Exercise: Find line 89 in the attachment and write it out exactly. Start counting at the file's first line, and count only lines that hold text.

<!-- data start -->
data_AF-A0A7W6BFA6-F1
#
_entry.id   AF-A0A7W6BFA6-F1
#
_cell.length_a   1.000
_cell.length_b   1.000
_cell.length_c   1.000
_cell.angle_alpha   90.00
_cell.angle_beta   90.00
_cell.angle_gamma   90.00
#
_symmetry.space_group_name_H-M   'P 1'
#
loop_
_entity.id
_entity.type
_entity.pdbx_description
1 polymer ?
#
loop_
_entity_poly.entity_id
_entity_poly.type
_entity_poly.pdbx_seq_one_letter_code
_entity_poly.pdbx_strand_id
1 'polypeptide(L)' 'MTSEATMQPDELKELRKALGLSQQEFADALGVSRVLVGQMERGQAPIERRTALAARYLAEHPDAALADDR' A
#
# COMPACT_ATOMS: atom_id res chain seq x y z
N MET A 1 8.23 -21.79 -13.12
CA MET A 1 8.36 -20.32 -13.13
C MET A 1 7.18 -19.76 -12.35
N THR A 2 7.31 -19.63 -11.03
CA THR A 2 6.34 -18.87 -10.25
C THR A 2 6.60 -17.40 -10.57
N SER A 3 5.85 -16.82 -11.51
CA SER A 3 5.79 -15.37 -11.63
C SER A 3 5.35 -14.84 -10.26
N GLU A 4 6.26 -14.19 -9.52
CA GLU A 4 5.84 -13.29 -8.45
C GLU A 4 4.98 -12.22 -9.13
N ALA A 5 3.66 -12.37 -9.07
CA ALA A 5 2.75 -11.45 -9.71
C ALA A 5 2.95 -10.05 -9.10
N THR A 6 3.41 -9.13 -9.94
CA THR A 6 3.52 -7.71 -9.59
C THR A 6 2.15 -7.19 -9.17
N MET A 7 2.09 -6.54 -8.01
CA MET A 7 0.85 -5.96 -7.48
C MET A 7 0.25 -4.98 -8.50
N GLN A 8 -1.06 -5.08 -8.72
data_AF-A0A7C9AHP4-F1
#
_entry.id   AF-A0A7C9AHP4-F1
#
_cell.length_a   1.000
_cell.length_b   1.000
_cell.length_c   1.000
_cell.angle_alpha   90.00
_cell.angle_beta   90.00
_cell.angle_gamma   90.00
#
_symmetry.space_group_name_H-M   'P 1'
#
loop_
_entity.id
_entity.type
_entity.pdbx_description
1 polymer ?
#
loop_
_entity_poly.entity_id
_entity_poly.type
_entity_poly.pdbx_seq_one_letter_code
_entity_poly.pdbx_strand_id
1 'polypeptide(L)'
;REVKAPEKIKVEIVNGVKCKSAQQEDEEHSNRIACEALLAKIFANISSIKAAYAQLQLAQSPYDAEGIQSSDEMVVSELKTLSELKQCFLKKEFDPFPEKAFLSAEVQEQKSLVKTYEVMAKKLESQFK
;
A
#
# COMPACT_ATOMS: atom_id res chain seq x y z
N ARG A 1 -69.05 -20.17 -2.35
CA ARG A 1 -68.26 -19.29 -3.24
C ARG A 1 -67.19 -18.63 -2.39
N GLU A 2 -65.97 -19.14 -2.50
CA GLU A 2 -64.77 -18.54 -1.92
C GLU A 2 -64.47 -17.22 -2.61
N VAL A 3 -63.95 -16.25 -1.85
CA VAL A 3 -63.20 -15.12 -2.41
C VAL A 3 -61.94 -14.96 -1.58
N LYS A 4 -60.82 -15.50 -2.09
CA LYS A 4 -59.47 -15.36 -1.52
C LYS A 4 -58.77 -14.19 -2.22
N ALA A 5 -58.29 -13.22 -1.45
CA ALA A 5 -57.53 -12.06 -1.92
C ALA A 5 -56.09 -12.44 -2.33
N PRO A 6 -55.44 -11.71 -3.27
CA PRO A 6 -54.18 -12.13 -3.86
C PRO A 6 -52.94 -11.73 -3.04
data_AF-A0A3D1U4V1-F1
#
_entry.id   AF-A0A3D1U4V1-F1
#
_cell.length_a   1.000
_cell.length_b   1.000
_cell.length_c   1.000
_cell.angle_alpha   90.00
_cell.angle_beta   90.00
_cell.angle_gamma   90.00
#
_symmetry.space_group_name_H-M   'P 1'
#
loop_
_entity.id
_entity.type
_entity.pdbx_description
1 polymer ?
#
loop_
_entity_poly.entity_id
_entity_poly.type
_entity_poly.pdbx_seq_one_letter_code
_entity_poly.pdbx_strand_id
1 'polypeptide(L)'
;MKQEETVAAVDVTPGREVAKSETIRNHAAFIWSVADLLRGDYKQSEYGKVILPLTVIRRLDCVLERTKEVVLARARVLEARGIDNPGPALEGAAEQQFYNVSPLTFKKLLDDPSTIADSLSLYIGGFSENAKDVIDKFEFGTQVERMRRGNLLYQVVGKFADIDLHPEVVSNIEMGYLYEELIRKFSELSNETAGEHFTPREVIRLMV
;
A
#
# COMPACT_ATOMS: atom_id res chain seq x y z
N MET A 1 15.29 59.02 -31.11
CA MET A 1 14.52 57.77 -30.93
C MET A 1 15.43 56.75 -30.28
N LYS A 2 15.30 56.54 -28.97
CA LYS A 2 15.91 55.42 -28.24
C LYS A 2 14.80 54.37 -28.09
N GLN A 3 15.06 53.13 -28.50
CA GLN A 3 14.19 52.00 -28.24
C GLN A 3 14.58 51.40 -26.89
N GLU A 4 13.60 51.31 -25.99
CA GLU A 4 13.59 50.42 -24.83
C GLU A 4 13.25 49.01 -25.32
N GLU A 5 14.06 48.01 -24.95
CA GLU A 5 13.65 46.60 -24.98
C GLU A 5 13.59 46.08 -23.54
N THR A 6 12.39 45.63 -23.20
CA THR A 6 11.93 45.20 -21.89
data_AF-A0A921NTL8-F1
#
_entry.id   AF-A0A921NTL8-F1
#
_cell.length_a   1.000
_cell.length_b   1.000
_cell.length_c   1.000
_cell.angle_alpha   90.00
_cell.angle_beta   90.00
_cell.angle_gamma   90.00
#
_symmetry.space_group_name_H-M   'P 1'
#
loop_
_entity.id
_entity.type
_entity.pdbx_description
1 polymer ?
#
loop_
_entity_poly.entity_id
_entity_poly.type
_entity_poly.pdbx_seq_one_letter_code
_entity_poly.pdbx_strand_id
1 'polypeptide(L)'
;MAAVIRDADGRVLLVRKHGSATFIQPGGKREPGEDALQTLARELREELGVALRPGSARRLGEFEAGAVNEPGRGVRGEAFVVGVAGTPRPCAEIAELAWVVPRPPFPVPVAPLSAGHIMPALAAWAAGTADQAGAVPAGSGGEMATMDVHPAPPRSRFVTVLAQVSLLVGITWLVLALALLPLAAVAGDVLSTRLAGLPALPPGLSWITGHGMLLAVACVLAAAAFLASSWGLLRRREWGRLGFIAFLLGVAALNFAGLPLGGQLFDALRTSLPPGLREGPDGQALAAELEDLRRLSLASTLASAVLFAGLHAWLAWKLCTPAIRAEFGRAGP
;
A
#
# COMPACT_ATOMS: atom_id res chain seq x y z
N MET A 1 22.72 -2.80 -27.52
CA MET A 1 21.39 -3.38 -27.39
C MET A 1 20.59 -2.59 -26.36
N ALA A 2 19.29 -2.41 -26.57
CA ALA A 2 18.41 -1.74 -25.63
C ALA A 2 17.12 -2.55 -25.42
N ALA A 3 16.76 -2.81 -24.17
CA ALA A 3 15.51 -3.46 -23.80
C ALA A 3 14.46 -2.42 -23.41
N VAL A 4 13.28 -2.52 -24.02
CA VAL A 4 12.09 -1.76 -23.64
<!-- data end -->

N LYS A 4 -60.82 -15.50 -2.09